Thus the problem has some non-local properties that I don’t really know how to translate into graph-theoretic terms, unless I just consider all paths within a certain ball whose size is linear in the diameter of the graph, but that would be exponential.

If anyone has any clever ideas, I’d be interested in hearing about it.

Written by Adrian Petrescu

October 25, 2010 at 5:51 am

Java puzzler: Generic type inference

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Here’s an issue I ran into while hacking a type system to work with some very inflexible generated code; I’ve distilled the strangeness into the simplest form I could.

Suppose you have a simple type hierarchy:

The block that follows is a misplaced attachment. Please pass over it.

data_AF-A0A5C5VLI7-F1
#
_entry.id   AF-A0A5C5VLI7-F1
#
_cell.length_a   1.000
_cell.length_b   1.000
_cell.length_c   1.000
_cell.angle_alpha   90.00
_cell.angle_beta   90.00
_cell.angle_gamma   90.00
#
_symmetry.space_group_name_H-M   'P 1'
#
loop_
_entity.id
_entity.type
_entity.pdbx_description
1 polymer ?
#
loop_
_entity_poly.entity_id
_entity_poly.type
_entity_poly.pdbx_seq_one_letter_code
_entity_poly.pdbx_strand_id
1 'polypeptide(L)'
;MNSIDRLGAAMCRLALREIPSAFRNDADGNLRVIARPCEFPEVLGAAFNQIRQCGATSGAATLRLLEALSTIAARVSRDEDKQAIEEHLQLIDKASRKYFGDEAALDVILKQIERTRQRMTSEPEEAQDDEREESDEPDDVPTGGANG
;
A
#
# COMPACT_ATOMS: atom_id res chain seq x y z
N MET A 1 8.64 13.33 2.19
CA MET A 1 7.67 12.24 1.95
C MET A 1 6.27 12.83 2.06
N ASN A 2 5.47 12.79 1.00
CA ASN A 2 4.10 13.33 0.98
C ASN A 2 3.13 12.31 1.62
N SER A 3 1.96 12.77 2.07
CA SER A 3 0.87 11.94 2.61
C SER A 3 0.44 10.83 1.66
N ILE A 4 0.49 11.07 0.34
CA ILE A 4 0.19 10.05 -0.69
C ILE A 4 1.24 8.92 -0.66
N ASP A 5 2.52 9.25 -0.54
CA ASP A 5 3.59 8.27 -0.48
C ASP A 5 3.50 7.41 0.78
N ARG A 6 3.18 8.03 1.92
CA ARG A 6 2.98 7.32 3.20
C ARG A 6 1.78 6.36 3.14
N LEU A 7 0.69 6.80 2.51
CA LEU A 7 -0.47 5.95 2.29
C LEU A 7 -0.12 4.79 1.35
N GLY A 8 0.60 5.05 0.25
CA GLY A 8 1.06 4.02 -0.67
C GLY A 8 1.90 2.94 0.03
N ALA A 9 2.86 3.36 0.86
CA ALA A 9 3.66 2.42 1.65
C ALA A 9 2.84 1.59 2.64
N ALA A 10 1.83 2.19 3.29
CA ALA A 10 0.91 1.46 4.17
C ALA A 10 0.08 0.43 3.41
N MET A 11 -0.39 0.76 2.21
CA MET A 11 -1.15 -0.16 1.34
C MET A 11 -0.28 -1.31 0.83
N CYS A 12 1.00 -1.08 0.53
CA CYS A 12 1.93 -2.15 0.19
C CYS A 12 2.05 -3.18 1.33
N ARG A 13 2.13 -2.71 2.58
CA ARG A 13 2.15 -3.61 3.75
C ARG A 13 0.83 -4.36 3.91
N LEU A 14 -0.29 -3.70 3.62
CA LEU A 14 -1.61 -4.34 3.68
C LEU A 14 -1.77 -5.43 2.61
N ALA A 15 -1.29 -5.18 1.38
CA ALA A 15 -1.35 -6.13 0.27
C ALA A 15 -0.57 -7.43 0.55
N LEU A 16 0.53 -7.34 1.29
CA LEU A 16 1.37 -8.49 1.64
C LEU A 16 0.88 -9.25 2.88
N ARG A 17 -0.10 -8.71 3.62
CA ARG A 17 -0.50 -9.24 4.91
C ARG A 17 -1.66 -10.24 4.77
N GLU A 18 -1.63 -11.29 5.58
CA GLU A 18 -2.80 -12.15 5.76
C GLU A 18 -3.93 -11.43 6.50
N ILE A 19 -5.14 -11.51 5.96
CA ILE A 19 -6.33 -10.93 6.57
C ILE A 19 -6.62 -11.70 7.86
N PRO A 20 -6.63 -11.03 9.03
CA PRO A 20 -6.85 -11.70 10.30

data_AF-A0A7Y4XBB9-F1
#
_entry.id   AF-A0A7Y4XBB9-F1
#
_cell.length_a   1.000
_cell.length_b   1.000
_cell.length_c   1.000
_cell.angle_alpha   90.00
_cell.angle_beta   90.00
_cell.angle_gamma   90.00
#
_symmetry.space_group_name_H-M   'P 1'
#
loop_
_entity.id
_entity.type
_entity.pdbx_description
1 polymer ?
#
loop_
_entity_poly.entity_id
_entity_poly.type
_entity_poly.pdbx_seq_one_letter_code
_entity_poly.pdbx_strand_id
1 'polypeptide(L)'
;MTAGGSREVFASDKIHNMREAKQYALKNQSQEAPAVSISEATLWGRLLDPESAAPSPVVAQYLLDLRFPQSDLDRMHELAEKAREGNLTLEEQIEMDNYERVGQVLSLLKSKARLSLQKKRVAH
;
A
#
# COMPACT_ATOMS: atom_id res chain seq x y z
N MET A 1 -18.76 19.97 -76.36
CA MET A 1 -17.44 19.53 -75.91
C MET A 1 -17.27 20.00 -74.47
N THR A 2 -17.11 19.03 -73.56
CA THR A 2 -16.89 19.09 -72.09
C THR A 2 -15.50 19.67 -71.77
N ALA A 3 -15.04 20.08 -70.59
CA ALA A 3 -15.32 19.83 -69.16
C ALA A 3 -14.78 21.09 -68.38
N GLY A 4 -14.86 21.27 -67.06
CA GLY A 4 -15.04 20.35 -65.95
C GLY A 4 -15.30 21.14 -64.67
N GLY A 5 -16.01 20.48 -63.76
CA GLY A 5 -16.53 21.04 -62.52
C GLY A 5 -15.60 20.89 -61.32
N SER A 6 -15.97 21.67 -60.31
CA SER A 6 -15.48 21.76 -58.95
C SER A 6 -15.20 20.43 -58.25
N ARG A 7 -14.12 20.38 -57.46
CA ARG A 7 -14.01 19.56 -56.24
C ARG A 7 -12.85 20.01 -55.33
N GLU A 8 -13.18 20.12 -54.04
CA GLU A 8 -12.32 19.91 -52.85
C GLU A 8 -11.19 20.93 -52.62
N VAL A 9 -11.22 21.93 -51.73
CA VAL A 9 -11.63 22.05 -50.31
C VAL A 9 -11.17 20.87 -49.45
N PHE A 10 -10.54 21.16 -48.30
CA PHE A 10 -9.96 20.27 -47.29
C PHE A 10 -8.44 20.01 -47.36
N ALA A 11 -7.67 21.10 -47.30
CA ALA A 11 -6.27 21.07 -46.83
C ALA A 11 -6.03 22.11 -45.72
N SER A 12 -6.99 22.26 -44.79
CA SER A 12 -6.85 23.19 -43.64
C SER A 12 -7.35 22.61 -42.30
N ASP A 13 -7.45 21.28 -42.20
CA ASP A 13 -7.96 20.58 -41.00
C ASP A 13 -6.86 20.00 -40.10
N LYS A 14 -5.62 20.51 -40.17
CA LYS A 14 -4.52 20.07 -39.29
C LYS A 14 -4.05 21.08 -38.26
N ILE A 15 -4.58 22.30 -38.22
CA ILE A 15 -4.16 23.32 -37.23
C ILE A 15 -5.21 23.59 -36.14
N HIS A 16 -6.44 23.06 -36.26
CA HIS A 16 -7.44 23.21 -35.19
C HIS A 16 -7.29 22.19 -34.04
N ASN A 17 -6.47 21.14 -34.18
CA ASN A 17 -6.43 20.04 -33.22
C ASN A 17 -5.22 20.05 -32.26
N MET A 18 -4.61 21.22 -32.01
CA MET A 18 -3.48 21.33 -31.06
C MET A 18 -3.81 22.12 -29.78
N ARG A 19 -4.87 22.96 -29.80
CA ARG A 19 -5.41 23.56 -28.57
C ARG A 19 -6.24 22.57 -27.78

public class A { }
public class B extends A { }
public class C extends A { }

Then, it turns out that the following code works just fine:

List<Class<? extends A>> list = ImmutableList.of(B.class, C.class);

Surprisingly, however, the following code fails to compile(!):

List<Class<? extends A>> list = ImmutableList.of(B.class);

with the error

incompatible types
found   :<java.lang.class<B>>
required: java.util.List<java.lang.class<? extends A>>
    List<Class<? extends A>> list = ImmutableList.of(


That’s right; adding the parameter makes this typesafe! (Note that my example uses ImmutableLists from the Google Common Collections, but this is actually happening because of Java’s type inference mechanism, not anything related to that particular class). Of course, it’s easy to work around it, but the interesting thing is what can be learned about Java by understanding the problem here.

I’ll post a “solution” in a few days, in case anyone wants to give it a shot.

Written by Adrian Petrescu

October 13, 2010 at 12:29 am

Posted in Computer Science, Development